PM Gonsalves wants other CARICOM countries to attain republican status
Prime Minister Dr Ralph Gonsalves says he looks forward to the day when other Caribbean Community (CARICOM) countries will follow Barbados, Guyana, Trinidad and Tobago and Dominica, and adopt a republic form of government.
In a lengthy letter congratulating Barbados Prime Minister Mia Mottley on her island becoming the fourth CARICOM state to replace Britain’s Queen Elizabeth as head of state on Tuesday, Gonsalves said other CARICOM countries, namely the French-speaking Haiti and the Dutch-speaking Suriname have also adopted a republican form of government, with both countries having executive presidents.
“Guyana and Dominica have been republics since independence, respectively, in 1966 and 1977, although Guyana has an executive presidency and Dominica, a non-executive president. Trinidad and Tobago, which became independent in August 1962 with a constitutional monarchial system, with a largely ceremonial governor general, altered its constitution in 1976 to a republican one, with a non-executive president,” he said.
Gonsalves said that prior to Mottley’s successful leadership on this issue, only Dr Eric Williams, “the political titan of Trinidad and Tobago”, was able to lead triumphantly on republicanism by way of an alteration to an existing post-independence constitution.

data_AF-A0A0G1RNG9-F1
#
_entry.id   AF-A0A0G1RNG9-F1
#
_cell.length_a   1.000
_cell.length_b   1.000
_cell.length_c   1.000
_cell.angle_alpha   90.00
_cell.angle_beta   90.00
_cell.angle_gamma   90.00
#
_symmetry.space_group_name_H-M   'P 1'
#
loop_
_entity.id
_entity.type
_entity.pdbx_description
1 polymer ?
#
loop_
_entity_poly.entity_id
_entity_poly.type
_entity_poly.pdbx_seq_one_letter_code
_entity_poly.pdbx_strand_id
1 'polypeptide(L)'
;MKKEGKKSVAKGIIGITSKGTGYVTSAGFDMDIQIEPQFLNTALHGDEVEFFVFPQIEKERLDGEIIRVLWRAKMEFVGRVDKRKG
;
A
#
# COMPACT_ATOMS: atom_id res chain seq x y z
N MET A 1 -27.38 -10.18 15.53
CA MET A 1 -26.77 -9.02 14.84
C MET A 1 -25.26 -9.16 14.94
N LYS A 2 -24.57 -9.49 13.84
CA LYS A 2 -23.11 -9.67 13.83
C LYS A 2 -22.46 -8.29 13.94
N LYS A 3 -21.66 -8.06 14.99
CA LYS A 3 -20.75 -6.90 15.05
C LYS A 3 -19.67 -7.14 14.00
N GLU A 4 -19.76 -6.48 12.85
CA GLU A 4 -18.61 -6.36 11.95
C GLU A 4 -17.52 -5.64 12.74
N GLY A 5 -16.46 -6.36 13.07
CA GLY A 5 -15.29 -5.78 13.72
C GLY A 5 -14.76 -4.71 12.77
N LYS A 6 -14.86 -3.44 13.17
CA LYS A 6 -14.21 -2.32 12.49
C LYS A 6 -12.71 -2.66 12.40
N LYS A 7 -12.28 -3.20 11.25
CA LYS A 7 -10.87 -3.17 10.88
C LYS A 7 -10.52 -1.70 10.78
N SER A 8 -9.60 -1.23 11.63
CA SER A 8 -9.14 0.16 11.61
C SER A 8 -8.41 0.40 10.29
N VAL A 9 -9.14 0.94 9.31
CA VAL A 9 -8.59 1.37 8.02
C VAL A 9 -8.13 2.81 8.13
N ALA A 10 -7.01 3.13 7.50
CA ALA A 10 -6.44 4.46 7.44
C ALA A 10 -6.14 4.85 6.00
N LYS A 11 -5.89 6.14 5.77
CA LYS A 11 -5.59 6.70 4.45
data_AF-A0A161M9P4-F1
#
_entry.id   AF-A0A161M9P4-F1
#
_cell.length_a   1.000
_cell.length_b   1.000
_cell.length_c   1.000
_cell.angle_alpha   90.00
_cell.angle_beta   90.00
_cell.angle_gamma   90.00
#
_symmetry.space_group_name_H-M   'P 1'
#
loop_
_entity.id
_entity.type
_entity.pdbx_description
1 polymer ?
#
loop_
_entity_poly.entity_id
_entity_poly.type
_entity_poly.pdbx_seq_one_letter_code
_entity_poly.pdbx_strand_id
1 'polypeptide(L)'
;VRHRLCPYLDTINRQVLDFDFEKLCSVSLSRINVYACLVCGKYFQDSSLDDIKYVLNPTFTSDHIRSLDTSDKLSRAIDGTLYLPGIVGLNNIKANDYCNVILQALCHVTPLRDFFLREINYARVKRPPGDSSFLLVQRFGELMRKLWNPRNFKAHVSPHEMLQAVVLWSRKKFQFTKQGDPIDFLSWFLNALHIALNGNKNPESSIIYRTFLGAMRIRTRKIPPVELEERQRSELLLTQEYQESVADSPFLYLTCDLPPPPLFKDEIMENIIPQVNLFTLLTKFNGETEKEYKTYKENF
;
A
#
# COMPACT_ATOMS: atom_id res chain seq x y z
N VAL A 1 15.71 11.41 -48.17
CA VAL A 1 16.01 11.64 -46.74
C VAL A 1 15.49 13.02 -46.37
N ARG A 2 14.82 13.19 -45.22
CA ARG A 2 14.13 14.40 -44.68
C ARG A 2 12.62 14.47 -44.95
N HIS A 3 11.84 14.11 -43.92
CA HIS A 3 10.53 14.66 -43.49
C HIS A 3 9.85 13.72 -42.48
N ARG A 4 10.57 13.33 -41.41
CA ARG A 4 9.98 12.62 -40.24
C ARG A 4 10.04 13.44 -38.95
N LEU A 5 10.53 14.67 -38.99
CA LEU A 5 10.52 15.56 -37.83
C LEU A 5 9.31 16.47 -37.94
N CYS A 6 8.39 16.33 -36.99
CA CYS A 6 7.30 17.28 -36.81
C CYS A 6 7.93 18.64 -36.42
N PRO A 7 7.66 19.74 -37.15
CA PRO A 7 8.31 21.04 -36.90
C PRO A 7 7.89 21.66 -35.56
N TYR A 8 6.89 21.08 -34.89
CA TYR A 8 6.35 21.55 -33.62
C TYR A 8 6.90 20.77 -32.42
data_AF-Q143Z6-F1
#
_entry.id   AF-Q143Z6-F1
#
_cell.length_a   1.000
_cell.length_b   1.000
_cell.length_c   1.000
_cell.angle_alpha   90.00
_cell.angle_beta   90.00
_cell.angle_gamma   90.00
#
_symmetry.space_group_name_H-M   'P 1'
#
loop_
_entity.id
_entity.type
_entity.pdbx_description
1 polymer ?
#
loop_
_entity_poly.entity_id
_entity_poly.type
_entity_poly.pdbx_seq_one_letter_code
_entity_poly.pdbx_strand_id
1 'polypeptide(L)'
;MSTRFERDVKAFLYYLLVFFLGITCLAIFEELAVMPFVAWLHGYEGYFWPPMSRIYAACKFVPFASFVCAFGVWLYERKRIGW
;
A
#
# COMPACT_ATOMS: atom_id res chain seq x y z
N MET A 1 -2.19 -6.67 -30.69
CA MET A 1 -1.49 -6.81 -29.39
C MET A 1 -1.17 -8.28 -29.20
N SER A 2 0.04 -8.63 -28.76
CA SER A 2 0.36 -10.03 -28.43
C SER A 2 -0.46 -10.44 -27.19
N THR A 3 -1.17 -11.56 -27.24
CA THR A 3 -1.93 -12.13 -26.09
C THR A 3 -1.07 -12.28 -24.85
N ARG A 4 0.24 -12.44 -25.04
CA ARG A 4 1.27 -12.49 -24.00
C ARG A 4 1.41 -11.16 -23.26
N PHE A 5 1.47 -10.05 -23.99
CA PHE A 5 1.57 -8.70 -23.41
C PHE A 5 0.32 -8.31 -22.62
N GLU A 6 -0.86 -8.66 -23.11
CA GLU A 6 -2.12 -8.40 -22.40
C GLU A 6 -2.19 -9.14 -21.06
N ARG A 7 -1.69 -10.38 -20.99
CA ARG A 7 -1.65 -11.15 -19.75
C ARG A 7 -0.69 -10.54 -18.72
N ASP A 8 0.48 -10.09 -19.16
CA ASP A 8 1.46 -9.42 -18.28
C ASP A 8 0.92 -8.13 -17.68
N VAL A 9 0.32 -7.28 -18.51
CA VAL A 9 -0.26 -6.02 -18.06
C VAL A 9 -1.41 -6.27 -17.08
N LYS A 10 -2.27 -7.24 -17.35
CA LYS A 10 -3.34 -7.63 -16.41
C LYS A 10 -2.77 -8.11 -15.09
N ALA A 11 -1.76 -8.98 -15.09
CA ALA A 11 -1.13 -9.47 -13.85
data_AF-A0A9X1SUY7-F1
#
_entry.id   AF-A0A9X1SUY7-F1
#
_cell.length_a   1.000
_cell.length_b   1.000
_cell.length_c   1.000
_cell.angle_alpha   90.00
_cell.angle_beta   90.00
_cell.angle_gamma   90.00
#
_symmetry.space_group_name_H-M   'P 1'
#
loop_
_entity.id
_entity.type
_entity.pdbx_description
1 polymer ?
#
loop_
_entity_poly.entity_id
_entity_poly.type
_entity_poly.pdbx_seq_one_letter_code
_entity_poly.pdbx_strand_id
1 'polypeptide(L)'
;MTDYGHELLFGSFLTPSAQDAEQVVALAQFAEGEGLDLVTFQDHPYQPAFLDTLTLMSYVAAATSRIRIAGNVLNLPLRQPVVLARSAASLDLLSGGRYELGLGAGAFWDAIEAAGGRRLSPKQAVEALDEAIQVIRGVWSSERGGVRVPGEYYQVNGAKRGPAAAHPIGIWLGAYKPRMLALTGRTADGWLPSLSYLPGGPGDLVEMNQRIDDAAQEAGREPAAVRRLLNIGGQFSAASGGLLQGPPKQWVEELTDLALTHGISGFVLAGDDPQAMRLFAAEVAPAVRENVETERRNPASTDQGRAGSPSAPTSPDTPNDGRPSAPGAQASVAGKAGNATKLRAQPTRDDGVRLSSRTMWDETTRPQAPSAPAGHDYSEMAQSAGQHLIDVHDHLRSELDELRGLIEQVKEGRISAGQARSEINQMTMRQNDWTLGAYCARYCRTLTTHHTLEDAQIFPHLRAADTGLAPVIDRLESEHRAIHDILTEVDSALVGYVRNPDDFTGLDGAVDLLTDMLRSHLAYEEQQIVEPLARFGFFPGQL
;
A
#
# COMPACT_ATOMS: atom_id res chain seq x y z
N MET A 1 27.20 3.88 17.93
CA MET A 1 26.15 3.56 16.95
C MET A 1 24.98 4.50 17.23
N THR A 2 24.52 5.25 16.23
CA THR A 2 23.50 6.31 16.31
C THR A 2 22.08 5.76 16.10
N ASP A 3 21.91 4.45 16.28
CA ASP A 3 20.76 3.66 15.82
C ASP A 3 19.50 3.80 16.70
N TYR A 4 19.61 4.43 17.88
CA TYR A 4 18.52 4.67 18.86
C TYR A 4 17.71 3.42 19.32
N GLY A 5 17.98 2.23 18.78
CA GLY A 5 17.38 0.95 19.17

“So, Barbados is not doing anything novel. But what it is doing is of utmost significance, for the better, for its people and our Caribbean civilisation. It is my hope that, in my lifetime, all or most of the independent countries of CARICOM would move from a monarchial system to a republican one.
“I earnestly look forward to such a change in Antigua and Barbuda, The Bahamas, Belize, Grenada, Jamaica, St Kitts-Nevis, St Lucia, and St Vincent and the Grenadines. These eight CARICOM member states, plus six other countries, are those outside of the United Kingdom with the British monarch as their head of state: Canada, Australia, New Zealand, Papua New Guinea, Solomon Islands and Tuvalu. “
Gonsalves said that in the Caribbean as a whole, there are the five British colonies or overseas territories, namely, Anguilla, Cayman Islands, British Virgin Islands, Montserrat, and Turks and Caicos Islands. Bermuda, located in the Atlantic, but with Caribbean connections, is also under British suzerainty.
“The wider Caribbean is also awash with colonial territories or departments of colonial powers of the United States of America, France, and Holland,” he wrote, adding “hopefully, too, all these colonial territories will push for independence within the comity of nations globally”.